According to an article published in Psychology Today, hoarding doesn’t meet the technical definition for addiction. Researchers have discovered that people who take drugs or who gamble compulsively actually change the way their brains work. When they take drugs or when they gamble, they flood their bodies with dopamine, and soon, their bodies become addicted to this feel-good chemical secreted by the brain. People who hoard, by contrast, do not feel the same sort of dopamine boost through their behaviors and they don’t, therefore, show a chemical-based addiction.

This doesn’t mean, however, that hoarding isn’t serious. In fact, heading into a hoarder’s home and removing all of the hoarded items will rarely cure the disease. The person might feel violated or extremely upset by the cleaning, and these pains may cause the person to start rebuilding the collection right away. Without therapy, the person has not dealt with the triggers or the emotional issues that started the hoarding. In other words, the behavior may be dormant, but it’s certainly not gone.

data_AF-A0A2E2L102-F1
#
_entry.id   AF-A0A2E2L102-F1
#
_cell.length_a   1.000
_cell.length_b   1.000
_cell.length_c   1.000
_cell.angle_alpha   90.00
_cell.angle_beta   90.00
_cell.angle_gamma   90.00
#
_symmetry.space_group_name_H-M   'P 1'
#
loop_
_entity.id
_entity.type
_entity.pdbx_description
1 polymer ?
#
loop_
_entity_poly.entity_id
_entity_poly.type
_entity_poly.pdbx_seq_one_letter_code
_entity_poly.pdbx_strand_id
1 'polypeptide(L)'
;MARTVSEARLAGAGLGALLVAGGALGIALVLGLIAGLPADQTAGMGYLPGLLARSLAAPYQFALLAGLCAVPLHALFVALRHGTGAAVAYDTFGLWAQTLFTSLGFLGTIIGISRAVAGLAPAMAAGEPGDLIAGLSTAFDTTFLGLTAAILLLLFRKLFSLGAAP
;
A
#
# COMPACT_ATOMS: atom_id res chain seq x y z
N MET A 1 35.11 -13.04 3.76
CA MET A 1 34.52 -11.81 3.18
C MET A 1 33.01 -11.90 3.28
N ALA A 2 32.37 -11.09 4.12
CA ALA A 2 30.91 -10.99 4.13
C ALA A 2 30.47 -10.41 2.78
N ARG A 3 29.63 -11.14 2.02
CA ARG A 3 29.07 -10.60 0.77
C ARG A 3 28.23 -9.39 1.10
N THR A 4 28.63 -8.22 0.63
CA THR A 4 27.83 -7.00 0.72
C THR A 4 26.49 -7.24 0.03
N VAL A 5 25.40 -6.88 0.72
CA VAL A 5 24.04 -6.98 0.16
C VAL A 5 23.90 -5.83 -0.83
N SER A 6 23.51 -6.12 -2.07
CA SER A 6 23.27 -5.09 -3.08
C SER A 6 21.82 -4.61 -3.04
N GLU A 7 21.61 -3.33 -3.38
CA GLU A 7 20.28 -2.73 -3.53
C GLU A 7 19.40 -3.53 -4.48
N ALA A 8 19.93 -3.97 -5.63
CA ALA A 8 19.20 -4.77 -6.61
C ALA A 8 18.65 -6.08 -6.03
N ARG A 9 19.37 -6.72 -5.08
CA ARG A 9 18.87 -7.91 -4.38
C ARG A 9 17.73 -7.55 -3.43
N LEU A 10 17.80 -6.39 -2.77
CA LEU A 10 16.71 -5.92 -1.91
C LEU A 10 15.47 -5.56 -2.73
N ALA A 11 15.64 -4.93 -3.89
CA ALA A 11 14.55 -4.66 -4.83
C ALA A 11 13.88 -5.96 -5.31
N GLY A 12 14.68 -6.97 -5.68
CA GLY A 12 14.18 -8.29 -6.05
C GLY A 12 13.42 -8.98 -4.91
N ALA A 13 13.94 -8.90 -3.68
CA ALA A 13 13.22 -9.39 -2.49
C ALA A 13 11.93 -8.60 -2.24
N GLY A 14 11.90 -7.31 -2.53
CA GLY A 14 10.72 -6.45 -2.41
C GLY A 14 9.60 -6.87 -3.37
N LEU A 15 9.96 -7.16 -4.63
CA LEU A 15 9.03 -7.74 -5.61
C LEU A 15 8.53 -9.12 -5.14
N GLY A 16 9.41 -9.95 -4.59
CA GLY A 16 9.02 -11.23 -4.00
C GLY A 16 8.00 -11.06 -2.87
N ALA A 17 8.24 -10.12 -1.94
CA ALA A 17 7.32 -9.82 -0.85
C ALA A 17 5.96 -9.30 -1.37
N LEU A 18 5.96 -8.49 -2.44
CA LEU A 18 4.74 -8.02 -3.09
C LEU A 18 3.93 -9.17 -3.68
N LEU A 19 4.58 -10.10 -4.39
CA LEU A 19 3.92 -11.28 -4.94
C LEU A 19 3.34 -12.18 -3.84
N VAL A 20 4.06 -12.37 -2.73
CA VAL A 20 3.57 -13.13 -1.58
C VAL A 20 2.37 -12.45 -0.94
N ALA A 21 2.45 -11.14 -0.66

There Is Hope

Having large groups of animals in the house can cause serious problems for the animals, and these large groups can also cause serious problems for the person. In addition, most states consider animal hoarding a crime, and allowing the behavior to continue could cause a significant amount of police involvement and distress for the person and his or her family. If someone you know is hoarding animals, call us today and ask for our advice. We can provide you with the resources you need to help the person you love.

People who hoard animals need immediate help.

Those who hoard books, papers and other detritus may not be breaking the law, but they’re far from living a healthy life. They may face safety concerns due to their hoarding. Once again, cleaning out the items will provide little, if any, help and the person must get professional help in order to truly heal. Give us a call today and we will you find the best private inpatient hoarding addiction treatment center.